Sunday, June 22, 2008

Teen Pot Use Falling In States With Medical Marijuana Laws

Washington, DC: States that have enacted legislation authorizing the use of medical cannabis by qualified patients have not experienced an increase in the drug's use by the general population, according to a report issued this week by the Marijuana Policy Project and co-authored by NORML Advisory Board Member Mitch Earleywine.

Among the twelve states that have legalized the use and cultivation of medical cannabis, all but one (New Mexico) have experienced an overall decline in teen marijuana use since the enactment of their medi-pot laws. (Data was unavailable for New Mexico, which passed its law last year.) In seven of the twelve states, marijuana use among young people declined at rates that exceeded the national average.

"Opponents of medical use of marijuana regularly argue that such laws 'send the wrong message to children,' but there is just no sign of that effect in the data," said Earleywine. "In every state for which there's data, teen marijuana use has gone down since the medical marijuana law was passed, often a much larger decline than nationally."

A previous 2005 review of medical cannabis laws and their impact on use reported similar findings, noting that teen use in California had fallen nearly 50 percent since the passage of that state's medi-pot law in 1996. A 2002 report by the General Accounting Office (GAO) concluded that state medical marijuana laws were operating primarily as voters and legislators had intended and had not led to widespread abuses among the general population.

For more information, please contact Allen St. Pierre, NORML Executive Director, at (202) 483-5500 or Paul Armentano, NORML Deputy Director,. Full text of the study, "Marijuana use by young people: the impact of state medical marijuana laws,"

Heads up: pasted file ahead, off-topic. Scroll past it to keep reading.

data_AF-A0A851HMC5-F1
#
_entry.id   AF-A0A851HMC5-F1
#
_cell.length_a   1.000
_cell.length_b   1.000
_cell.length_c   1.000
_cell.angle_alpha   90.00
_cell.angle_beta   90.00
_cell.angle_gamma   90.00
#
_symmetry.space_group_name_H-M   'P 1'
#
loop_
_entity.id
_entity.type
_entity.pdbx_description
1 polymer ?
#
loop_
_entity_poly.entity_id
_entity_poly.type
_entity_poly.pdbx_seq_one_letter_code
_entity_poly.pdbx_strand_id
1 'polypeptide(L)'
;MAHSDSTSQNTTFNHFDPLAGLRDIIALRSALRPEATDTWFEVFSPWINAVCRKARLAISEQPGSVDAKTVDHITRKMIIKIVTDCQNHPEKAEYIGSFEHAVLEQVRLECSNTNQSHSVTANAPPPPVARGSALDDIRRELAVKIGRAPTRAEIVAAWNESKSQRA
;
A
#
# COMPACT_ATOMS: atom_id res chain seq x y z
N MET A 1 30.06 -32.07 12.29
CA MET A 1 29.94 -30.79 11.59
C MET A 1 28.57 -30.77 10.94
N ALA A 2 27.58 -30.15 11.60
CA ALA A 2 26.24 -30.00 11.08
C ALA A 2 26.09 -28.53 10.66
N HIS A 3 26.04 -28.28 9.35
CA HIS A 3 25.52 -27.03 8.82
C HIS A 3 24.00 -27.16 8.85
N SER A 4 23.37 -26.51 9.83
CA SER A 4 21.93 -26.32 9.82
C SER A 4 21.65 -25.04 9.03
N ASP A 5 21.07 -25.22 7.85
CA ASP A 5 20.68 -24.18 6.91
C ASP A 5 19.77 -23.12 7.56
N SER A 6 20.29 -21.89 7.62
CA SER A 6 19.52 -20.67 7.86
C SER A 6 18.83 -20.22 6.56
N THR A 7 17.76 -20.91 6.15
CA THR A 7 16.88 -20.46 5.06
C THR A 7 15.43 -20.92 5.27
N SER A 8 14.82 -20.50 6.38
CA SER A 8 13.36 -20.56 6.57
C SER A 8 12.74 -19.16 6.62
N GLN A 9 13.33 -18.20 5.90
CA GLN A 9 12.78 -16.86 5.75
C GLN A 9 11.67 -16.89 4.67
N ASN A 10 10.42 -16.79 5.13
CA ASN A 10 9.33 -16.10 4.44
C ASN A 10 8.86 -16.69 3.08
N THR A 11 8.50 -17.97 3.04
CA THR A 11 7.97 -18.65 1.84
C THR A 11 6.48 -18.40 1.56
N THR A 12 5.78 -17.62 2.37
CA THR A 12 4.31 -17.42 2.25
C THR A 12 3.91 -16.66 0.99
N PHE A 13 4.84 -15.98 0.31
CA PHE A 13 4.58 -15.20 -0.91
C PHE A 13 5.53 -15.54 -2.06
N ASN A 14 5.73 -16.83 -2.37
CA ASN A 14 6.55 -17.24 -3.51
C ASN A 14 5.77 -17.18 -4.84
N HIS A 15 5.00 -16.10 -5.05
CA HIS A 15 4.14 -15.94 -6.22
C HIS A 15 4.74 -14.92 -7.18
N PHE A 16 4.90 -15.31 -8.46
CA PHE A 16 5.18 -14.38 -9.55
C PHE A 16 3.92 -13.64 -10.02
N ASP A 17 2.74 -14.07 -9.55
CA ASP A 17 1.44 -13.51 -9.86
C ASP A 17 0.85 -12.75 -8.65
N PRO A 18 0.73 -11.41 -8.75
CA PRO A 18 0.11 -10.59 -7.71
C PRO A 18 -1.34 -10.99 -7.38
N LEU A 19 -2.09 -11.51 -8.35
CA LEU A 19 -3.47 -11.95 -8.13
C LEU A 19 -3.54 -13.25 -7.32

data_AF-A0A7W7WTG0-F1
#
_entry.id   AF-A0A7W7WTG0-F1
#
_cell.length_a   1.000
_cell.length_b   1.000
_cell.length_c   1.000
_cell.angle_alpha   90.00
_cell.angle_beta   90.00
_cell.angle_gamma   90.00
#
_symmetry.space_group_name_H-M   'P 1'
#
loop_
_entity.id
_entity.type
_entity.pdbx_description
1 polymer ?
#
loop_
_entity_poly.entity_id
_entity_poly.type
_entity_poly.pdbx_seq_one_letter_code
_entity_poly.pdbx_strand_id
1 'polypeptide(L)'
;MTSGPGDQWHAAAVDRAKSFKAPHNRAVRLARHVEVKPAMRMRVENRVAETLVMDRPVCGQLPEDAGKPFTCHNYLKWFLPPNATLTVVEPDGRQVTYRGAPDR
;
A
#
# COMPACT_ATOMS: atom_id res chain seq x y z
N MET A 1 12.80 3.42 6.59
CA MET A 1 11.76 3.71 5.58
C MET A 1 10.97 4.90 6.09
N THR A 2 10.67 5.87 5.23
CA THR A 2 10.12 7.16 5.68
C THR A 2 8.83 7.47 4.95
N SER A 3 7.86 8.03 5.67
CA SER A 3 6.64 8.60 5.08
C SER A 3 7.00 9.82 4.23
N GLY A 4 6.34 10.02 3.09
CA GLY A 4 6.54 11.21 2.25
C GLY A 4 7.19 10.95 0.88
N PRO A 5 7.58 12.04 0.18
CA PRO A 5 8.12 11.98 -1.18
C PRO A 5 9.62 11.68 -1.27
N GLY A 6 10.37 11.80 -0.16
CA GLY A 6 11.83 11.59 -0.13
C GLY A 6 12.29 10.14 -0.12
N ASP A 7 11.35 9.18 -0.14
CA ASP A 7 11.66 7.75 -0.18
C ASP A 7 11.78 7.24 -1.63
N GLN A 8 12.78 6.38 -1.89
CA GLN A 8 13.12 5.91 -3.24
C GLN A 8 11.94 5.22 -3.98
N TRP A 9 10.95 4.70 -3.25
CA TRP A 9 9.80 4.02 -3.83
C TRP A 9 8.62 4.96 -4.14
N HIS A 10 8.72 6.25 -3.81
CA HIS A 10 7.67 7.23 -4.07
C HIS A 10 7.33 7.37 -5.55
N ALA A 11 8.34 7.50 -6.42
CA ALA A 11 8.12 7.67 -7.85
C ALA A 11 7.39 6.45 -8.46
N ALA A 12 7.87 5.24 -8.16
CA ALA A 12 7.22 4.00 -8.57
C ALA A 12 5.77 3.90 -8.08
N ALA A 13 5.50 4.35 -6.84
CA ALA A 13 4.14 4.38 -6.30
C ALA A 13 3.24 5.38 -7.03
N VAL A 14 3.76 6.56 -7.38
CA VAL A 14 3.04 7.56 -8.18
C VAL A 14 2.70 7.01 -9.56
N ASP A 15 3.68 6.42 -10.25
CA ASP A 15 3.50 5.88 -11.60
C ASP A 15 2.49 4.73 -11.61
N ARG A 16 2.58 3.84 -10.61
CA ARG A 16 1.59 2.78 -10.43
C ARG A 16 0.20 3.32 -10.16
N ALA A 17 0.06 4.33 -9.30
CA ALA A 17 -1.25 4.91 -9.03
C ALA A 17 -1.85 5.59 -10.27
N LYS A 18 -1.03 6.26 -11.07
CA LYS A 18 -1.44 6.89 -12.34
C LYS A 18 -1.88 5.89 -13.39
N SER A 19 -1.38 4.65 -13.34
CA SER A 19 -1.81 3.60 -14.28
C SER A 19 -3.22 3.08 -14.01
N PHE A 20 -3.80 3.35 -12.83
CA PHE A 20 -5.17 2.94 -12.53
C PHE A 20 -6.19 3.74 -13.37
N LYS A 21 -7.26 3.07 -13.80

Amsterdam smoking ban doesn’t apply to marijuana

The Netherlands' famous coffee shops, where marijuana is available over the counter, face the threat of extinction when the country goes smoke-free on 1 July.

Smoking dope is the raison d'ĂȘtre of the cafes which are scattered across the country, with the greatest and most famous concentration in Amsterdam. But when the tobacco ban comes in, the coffee shops will not be exempt.

This will lead to the paradoxical situation that only pure grass or cannabis resin, which are not covered by the ban, can be legally smoked in the shops.

Anybody rolling a tobacco-based joint will be breaking the law – but only because of the tobacco. "The new rule is nonsense," said Willem Panders, of the Dutch tobacco traders' union. "It will be almost impossible to enforce because how are you going to check if someone is smoking cannabis mixed with tobacco, or pure cannabis?"

But despite desperate lobbying, owners have failed to get the government to make an exception of them. "Coffee shops will be treated in the same manner as other catering businesses," the Prime Minister, Jan Peter Balkanende, said last week. "It would have been wrong to move towards a smoke-free catering industry and then make an exception for coffee shops. People would not have understood that."